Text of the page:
“God’s guy” had gotten the cosmic ziggy, and the inference, often, was that he didn’t deserve it.
In Detroit leadership circles, he had plenty of company.
Two years after Kilpatrick was elected mayor, the feds handed down a 27-count indictment against then-City Councilwoman Kay Everett. She was accused of shaking down a city contractor for $150,000 in cash, vacations, and free meals, as well as demanding — and being presented with — 17 pounds of sausage worth $124.95. Everett died less than a month later of kidney disease. Upon her death, she was routinely praised as a dedicated public servant.
In August 2006, former city councilman and member of the Detroit Public Schools board, Alonzo “Lonnie” Bates — notorious for financing his penchant for the high life on the taxpayers’ nickel — drew a 33-month jail sentence for bank fraud and theft. Indeed, his nickname while in public office was “Two-Lunch Lonnie,” so given by begrudging businesspeople seeking his influence or vote. As it played out time and again, Bates would order one lunch to eat and one lunch to go, without ever picking up the tab. Surprisingly, a Detroit public school continues to bear his name.
Early last year, Monica Conyers — former city councilwoman, Detroit pension fund trustee and, for a brief time, council president pro tem — was sentenced to more than three years in prison after pleading guilty to a shakedown scheme. She and her bagman, Sam Riddle — who, like Bernard Kilpatrick, referred to himself as a “political consultant” — collected nearly $70,000 in bribes for her votes on the council. She quit the council after pleading guilty to bribery, but at sentencing tried to withdraw her plea, saying, “I may be guilty of extortion, but I never took a bribe.” Even after admitting her guilt, however she defined it, and resigning from City Council, she continued to take calls from supporters on her local cable-TV show, Ask the Councilwoman with Monica Conyers. “I’m not going to not do my show,” she said.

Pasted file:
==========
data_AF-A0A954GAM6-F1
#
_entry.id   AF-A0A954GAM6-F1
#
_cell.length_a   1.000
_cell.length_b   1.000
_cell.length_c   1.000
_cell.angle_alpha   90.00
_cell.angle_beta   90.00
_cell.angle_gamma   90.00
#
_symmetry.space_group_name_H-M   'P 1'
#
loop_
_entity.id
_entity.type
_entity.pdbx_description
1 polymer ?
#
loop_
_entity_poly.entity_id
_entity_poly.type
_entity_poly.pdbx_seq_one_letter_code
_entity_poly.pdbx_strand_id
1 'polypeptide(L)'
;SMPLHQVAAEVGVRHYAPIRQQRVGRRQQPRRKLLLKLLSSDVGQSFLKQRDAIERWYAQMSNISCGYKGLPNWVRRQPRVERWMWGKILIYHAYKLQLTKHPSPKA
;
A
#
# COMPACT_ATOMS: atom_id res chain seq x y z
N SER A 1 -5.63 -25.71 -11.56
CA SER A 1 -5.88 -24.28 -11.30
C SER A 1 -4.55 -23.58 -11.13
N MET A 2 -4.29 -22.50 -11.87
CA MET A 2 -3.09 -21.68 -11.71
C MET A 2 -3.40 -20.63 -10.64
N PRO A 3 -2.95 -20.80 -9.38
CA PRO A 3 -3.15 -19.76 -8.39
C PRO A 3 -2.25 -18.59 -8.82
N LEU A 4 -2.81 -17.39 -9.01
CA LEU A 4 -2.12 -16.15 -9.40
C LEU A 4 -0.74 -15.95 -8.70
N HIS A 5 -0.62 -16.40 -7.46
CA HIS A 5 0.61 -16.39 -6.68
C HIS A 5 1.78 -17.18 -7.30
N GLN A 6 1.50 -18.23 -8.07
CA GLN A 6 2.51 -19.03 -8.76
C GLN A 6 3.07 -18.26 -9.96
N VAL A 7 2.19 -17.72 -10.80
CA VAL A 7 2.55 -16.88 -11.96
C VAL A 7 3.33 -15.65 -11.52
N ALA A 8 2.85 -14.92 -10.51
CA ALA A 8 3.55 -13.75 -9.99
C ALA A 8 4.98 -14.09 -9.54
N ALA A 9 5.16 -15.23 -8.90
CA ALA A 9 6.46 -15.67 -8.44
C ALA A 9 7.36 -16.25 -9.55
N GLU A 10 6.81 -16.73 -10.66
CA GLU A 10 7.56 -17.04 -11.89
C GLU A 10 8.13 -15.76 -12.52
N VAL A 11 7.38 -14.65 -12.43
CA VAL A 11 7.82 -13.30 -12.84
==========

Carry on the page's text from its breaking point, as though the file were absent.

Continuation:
Riddle — variously called “The Riddler,” the “Mouth that Roared,” and just plain Sam — managed to encapsulate nearly everything wrong with Detroit in one oft-quoted sentence:
“The only difference between Detroit and Third World nations in terms of corruption is that there are no goats in the streets in Detroit.” He was in a unique position to know.
Having served as a consultant to Everett, and later to Monica Conyers, Riddle was indicted last July on charges of bribery, extortion, conspiracy, mail fraud, and making false statements to the FBI.
Indicted with him was a former member of the Michigan House, Mary Waters, who was gingerly described by the local press as Riddle’s “domestic partner.” The charges arose from a scheme to grease the skids for a Detroit pawnshop’s move to suburban Southfield.
Riddle was accused of accepting $45,000 in cash and a $5,500 Breitling watch — and Waters a $6,000 Rolex — from the shop’s owner to bribe Southfield Councilman William Lattimore, who was charged with taking $12,500 for his vote to approve the move. All three pleaded guilty. Riddle got 37 months in federal prison, Waters was sentenced to one year’s probation for failing to claim the watch on her tax return, and Lattimore was sentenced to 18 months behind bars.
The tragedy of Kwame Kilpatrick isn’t his personal fall, but what he did to the city he claimed to love. Before he was first elected mayor, there were those who suggested that this may be the city’s next-generation post-racial mayor, in much the same way Barack Obama’s election was naively touted by some as “post-racial.”
But racial animus is thriving in the United States, as has been repeatedly proven in the political and public reactions to Obama, his policies, and his person.